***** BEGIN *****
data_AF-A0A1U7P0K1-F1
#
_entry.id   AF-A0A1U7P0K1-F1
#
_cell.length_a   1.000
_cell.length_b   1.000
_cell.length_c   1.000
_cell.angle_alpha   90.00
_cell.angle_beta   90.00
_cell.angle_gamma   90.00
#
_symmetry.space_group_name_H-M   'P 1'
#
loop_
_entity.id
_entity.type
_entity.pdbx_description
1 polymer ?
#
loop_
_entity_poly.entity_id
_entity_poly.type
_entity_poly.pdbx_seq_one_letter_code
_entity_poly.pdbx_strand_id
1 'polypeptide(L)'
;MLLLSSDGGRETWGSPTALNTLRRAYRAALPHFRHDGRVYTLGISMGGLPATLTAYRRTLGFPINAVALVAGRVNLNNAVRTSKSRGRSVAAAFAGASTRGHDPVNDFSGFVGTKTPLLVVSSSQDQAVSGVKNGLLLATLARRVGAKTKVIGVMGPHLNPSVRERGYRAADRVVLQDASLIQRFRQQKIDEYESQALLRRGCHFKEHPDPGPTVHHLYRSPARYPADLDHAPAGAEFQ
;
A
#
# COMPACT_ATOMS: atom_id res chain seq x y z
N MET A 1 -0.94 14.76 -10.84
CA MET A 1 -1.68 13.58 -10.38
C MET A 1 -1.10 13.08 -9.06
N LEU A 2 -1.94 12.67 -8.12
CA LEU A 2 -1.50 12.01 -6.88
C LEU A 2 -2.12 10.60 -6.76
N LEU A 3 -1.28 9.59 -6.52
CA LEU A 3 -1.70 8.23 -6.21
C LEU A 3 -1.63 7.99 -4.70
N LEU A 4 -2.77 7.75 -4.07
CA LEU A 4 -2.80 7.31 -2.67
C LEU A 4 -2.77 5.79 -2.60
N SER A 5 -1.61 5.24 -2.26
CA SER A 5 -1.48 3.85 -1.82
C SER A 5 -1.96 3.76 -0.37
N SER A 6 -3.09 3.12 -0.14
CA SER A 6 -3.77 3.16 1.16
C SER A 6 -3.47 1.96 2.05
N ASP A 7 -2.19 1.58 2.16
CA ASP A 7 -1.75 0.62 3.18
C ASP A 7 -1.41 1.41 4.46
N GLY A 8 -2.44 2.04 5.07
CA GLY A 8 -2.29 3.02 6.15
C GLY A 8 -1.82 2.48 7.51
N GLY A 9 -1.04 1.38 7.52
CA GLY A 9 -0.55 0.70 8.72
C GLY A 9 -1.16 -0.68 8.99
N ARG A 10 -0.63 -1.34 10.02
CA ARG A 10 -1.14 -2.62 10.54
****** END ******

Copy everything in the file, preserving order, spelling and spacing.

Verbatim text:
data_AF-A0A1U7P0K1-F1
#
_entry.id   AF-A0A1U7P0K1-F1
#
_cell.length_a   1.000
_cell.length_b   1.000
_cell.length_c   1.000
_cell.angle_alpha   90.00
_cell.angle_beta   90.00
_cell.angle_gamma   90.00
#
_symmetry.space_group_name_H-M   'P 1'
#
loop_
_entity.id
_entity.type
_entity.pdbx_description
1 polymer ?
#
loop_
_entity_poly.entity_id
_entity_poly.type
_entity_poly.pdbx_seq_one_letter_code
_entity_poly.pdbx_strand_id
1 'polypeptide(L)'
;MLLLSSDGGRETWGSPTALNTLRRAYRAALPHFRHDGRVYTLGISMGGLPATLTAYRRTLGFPINAVALVAGRVNLNNAVRTSKSRGRSVAAAFAGASTRGHDPVNDFSGFVGTKTPLLVVSSSQDQAVSGVKNGLLLATLARRVGAKTKVIGVMGPHLNPSVRERGYRAADRVVLQDASLIQRFRQQKIDEYESQALLRRGCHFKEHPDPGPTVHHLYRSPARYPADLDHAPAGAEFQ
;
A
#
# COMPACT_ATOMS: atom_id res chain seq x y z
N MET A 1 -0.94 14.76 -10.84
CA MET A 1 -1.68 13.58 -10.38
C MET A 1 -1.10 13.08 -9.06
N LEU A 2 -1.94 12.67 -8.12
CA LEU A 2 -1.50 12.01 -6.88
C LEU A 2 -2.12 10.60 -6.76
N LEU A 3 -1.28 9.59 -6.52
CA LEU A 3 -1.70 8.23 -6.21
C LEU A 3 -1.63 7.99 -4.70
N LEU A 4 -2.77 7.75 -4.07
CA LEU A 4 -2.80 7.31 -2.67
C LEU A 4 -2.77 5.79 -2.60
N SER A 5 -1.61 5.24 -2.26
CA SER A 5 -1.48 3.85 -1.82
C SER A 5 -1.96 3.76 -0.37
N SER A 6 -3.09 3.12 -0.14
CA SER A 6 -3.77 3.16 1.16
C SER A 6 -3.47 1.96 2.05
N ASP A 7 -2.19 1.58 2.16
CA ASP A 7 -1.75 0.62 3.18
C ASP A 7 -1.41 1.41 4.46
N GLY A 8 -2.44 2.04 5.07
CA GLY A 8 -2.29 3.02 6.15
C GLY A 8 -1.82 2.48 7.51
N GLY A 9 -1.04 1.38 7.52
CA GLY A 9 -0.55 0.70 8.72
C GLY A 9 -1.16 -0.68 8.99
N ARG A 10 -0.63 -1.34 10.02
CA ARG A 10 -1.14 -2.62 10.54